Emilie Syme-Lamont (b. 1990) is a painter and multimedia artist currently based out of Naarm / Melbourne, Australia.
Borrowing genre tropes from literary Gothic and cinematic traditions, her work explores ideas of temporal overlap, (mis)remembered happenings and psychologically charged spaces. Emilie draws upon collected materials; images and debris from the mundane and physical world, reshaping them so they become infused with an odd, dreamlike quality.
Belief systems, psychology and recurring cultural phenomena all provide a catalyst for the strange narratives that become her paintings and installations.
Emilie’s practice implies a perspective that is humanistic, yet unsettling and surreal; an exploration of what it feels like to be human in one's darkest or strangest hour.
Emilie Syme-Lamont graduated from The National Art School in Sydney and holds an MFA in Drawing and a BFA in Painting. She has held solo exhibitions at M Contemporary (Sydney), Edwina Corlette Gallery (Brisbane) PINCE projects (Budapest) and Incinerator Gallery (Melbourne). Her body of work includes painting, drawing, ceramics, and more recently, sound, silicone, and bookmaking.
Her work is held in private collections in Australia, the USA, and Europe, and in the National Art School Archives in Sydney.
- Solo Exhibition 'Moving Images' at Edwina Corlette Gallery, Brisbane (2018)
- Extended residency in Budapest (2019-2020), working with international artists as a program assistant meanwhile developing solo exhibition 'Out, Damned Spot' with Caitlin Hespe at PINCE Projects (Budapest)
- Solo Exhibition 'Who's Afraid' with Safak Gurboga at Incinerator Gallery, Melbourne (2022)
What medium do you work with, and why have you chosen them?
Predominantly I am a painter, although my paintings feel more like drawings to me. They are exploratory, loose and unfinished; the way that a sketch feels. I tend to introduce other, often sculpted elements to my paintings in the form of unusual frames, cast objects like clawed feet or even artificial light. There is something in my practice that demands the meeting of a real, tangible form with the surreality of the painted image.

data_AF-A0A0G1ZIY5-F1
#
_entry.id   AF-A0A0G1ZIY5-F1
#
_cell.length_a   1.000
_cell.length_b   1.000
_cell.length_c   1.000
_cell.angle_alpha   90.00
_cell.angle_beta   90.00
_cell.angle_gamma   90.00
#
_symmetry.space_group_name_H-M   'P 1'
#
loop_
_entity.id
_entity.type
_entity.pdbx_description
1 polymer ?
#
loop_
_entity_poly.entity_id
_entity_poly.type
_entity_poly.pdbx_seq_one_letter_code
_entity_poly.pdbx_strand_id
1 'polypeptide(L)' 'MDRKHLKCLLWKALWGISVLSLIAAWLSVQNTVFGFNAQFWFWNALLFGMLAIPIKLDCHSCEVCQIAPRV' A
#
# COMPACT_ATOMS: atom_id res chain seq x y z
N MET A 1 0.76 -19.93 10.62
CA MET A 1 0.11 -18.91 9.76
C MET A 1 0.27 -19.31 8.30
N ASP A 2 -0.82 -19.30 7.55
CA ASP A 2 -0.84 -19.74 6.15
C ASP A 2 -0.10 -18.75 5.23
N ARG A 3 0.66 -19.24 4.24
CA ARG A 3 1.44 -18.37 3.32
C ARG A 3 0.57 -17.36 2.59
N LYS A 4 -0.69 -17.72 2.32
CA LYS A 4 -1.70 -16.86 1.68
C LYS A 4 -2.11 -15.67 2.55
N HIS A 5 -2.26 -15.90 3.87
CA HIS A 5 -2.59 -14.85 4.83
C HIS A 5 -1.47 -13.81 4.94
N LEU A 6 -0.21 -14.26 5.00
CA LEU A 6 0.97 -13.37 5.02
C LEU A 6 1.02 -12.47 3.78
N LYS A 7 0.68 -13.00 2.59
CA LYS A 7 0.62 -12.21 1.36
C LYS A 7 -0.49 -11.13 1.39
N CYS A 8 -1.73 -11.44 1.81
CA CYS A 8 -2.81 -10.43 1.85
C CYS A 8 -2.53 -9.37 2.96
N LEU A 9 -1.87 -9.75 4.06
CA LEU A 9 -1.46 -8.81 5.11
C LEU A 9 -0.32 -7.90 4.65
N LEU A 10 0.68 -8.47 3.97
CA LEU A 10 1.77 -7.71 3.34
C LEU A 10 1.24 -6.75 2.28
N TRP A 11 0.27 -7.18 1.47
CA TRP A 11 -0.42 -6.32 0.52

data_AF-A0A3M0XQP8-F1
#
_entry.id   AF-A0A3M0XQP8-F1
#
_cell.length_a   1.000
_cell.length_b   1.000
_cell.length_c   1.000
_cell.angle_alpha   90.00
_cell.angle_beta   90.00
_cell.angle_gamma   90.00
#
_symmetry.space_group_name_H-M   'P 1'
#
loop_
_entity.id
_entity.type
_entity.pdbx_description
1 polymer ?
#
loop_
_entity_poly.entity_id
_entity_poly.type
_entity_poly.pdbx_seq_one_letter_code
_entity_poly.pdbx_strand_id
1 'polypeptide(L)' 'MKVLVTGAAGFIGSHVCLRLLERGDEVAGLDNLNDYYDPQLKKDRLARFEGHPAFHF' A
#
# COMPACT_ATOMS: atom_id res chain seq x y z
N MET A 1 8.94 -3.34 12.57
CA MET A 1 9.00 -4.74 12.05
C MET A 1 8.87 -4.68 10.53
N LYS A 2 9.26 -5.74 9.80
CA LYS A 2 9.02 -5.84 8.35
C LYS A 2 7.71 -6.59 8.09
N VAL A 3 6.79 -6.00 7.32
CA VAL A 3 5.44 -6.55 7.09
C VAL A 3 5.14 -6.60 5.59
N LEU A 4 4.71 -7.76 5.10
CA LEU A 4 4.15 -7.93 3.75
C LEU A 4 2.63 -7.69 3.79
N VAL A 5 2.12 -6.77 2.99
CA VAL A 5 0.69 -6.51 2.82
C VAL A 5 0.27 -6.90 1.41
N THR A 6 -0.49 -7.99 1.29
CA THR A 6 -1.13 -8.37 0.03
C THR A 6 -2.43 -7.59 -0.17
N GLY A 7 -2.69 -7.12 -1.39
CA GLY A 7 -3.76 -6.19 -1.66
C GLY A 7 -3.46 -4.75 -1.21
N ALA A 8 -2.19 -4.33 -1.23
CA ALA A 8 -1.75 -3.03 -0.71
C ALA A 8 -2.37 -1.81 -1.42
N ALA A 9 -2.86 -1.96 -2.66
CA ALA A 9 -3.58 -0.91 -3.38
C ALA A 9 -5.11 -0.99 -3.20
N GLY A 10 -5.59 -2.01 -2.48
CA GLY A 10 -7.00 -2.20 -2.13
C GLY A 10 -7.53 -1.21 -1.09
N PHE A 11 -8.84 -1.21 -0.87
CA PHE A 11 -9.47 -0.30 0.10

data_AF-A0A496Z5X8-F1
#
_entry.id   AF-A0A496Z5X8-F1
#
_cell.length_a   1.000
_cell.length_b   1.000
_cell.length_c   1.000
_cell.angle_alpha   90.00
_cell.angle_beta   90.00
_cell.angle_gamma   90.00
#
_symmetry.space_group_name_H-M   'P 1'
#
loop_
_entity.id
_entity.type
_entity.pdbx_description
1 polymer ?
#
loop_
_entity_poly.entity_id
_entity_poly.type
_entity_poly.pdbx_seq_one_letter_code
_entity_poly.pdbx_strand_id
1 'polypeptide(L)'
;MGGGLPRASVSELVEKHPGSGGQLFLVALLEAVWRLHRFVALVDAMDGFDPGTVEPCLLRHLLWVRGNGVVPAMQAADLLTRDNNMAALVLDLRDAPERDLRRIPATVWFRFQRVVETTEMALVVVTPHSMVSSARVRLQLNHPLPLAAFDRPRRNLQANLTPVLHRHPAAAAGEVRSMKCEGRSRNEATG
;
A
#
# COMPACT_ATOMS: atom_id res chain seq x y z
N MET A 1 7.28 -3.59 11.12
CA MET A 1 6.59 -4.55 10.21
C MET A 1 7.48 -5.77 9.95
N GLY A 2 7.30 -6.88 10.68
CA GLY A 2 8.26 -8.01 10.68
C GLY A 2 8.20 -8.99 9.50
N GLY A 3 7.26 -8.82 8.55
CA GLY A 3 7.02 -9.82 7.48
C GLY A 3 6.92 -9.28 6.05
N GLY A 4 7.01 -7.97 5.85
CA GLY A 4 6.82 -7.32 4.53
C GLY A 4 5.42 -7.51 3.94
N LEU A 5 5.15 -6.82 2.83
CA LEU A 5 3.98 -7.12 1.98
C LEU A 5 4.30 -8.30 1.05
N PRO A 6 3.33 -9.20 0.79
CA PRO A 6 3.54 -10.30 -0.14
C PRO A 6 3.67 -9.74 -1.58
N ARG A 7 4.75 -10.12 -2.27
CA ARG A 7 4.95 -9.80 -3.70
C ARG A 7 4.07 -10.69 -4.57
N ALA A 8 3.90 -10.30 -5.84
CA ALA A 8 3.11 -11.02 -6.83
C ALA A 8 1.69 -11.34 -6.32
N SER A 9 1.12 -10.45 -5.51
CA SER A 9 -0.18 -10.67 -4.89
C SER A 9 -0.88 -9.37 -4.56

How does your artwork get from initial concept to exhibition stage?
I read and write a lot. Mostly I read short fiction. I feel a kindred intention with certain short story writers who are able to build up worlds and collapse them in the space of a few short pages. I collect fragments of sentences, film stills, photographs, and discarded objects. I make endless notes on ideas that have caught my attention, trying to find the connective tissue between a multitude of elements. I work on studies in watercolour, meanwhile, imagining forms, textures and colours that can contrast or clash; to add something unexpected to the narrative. This is a slow process and somewhat elusive. Then I get to work in the studio to bring the project to life. There needs to always be space for surprise, accident and intervention. Until the final moment a conversation takes place between myself and the artwork, when the conversation ends, the artwork is either finished, or abandoned.
Can you tell us a little more about your creative working environment/studio?
I have been in near constant movement over the last five years, studio space is often improvised and incomplete. My Google Drive and sketchbook are the closest thing to a stable work space which I can tap into anytime and in any place. While this has its obvious pitfalls, there is a sense of openness and energy that this mode has provided. When I do have a physical studio it is quickly filled with books, old photos, bric-a-brac, fabric and strange material that I collect from the world. It feels like a bird's nest of incoherent and beautiful matter.